Between 21 and 24 March, a coordination meeting of the Erasmus+ COMPLETE project “Creating Employment Competences and Skills Development Centres (CCED)” was held at the Faculty of Logistics the University of Maribor (Slovenia).
The COMPLETE project was supported as a part of the Erasmus+ programme – “Capacity Building in Higher Education” which is a follow-up of the Tempus programme. All in all, 57 project applications with participation of Russian organisations and universities were submitted and 22 were approved for implementation in 2015–2018, including the Erasmus+ project, COMPLETE. The consortium includes five Russian universities, three universities from Kazakhstan, the High school of business (FHM), Piraeus University of Applied Sciences (Technological Education Institute of Piraeus, Piraeus, Greece), the University of Maribor (Slovenia), and the Institute of further education, labour market, and social policy (Germany). The project is aimed at creating centres that will offer consultations on bachelor’s and master’s students training with a competency-based approach and will deal with employment issues. The creation of such centres is determined by the fact that universities in Russia and Kazakhstan have no special programmes contributing to employment of graduates and cooperation between employers and universities.
Voronezh State University was represented at the coordination meeting by Irina Shylova, lecturer of the Department of International Economics and International Business of the Faculty of International Relations. The programme of the first two days of the meeting included discussion of the concepts of CCED centres developed in Kazakhstan and in Russia, as well as CCED models introduced at partner universities. The concept suggested by our colleagues from Kazakhstan focused on the theoretical aspects of the introduction of the competency-based approach to education, as well as to the integration of CCED centres into the university system and into higher education system in general. In their presentations of CCED models, our colleagues described the structure of the proposed centres and the objectives of the introduction of the competency-based approach to education. CCED models presented by other Russian universities conformed to the general idea of the meeting. Most universities see CCED centres as institutions that will combine the existing forms of communication with graduates and labour market representatives (career development centres, further education faculties, forms of communication with enterprises adapted by certain faculties, etc.) in order to coordinate the activities in this area.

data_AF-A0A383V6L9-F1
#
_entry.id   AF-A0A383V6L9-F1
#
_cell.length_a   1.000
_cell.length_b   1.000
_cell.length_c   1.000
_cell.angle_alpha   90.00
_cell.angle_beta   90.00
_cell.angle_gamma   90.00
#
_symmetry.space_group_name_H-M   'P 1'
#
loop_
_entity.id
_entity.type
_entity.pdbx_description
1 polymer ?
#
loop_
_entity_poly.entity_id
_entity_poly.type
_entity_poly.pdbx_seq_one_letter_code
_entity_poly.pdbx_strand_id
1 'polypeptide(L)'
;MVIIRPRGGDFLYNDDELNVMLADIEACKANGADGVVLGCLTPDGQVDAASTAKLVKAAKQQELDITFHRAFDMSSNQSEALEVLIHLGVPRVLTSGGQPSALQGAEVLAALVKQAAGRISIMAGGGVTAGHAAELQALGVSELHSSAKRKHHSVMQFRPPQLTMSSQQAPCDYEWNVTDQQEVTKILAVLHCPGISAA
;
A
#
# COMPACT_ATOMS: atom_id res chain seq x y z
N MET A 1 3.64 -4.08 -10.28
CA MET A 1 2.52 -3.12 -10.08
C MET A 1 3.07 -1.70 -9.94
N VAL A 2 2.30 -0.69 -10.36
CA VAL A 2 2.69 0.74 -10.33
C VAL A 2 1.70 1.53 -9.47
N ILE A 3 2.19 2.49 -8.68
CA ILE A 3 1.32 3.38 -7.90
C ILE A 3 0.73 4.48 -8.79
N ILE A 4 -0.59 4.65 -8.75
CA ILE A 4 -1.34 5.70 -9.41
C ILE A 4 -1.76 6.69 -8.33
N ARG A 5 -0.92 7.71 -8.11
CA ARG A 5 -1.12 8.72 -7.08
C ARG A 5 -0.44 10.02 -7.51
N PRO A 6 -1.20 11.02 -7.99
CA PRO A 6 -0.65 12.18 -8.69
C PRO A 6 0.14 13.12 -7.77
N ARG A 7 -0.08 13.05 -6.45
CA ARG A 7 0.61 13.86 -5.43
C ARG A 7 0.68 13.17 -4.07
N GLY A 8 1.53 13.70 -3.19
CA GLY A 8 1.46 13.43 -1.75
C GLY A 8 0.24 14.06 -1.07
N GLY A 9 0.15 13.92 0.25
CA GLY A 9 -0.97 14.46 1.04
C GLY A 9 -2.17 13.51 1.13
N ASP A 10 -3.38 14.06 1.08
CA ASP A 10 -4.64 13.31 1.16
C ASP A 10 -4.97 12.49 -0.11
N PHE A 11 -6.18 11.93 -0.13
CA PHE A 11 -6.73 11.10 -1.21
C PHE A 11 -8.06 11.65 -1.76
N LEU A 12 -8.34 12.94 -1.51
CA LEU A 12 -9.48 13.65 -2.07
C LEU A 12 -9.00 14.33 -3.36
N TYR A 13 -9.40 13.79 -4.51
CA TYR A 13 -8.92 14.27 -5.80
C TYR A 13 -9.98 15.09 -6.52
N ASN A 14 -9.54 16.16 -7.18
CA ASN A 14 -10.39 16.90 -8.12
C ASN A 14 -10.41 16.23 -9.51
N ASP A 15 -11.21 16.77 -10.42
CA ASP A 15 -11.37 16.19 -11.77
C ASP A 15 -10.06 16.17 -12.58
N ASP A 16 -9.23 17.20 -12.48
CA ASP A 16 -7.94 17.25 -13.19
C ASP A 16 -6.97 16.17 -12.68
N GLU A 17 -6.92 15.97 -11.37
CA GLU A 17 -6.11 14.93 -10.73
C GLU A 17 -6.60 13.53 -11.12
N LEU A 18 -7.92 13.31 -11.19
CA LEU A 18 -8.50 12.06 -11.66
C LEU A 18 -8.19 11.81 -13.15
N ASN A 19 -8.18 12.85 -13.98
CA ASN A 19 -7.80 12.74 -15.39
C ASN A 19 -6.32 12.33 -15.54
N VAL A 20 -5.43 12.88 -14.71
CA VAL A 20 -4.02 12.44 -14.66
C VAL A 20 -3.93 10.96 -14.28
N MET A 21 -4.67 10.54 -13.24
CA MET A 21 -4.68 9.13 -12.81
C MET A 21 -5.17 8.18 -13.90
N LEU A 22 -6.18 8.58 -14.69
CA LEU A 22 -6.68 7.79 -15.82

EU partners presented their projects on the second day of the meeting. They performed a detailed analysis of the performance of career development centres of the University of Maribor and a partner university in Greece. They also talked about the international accreditation of academic programmes.
On 23 March, a workshop was held where the participants were to develop an education programme in accordance with a competency-based approach. The workshop was moderated by Dr. Dietmar Chur, former head of the education centre of Heidelberg University (Germany). The workshop also discussed the objectives, aims, and functions of CCED centres.
The last day’s programme included a coordination meeting that resulted in a number of agreements on the further stages of the project implementation and on dissemination activities (information bulletins, website, etc.). One of the proposed dissemination activities was developing a CCED creation manual for universities in Russia and Kazakhstan.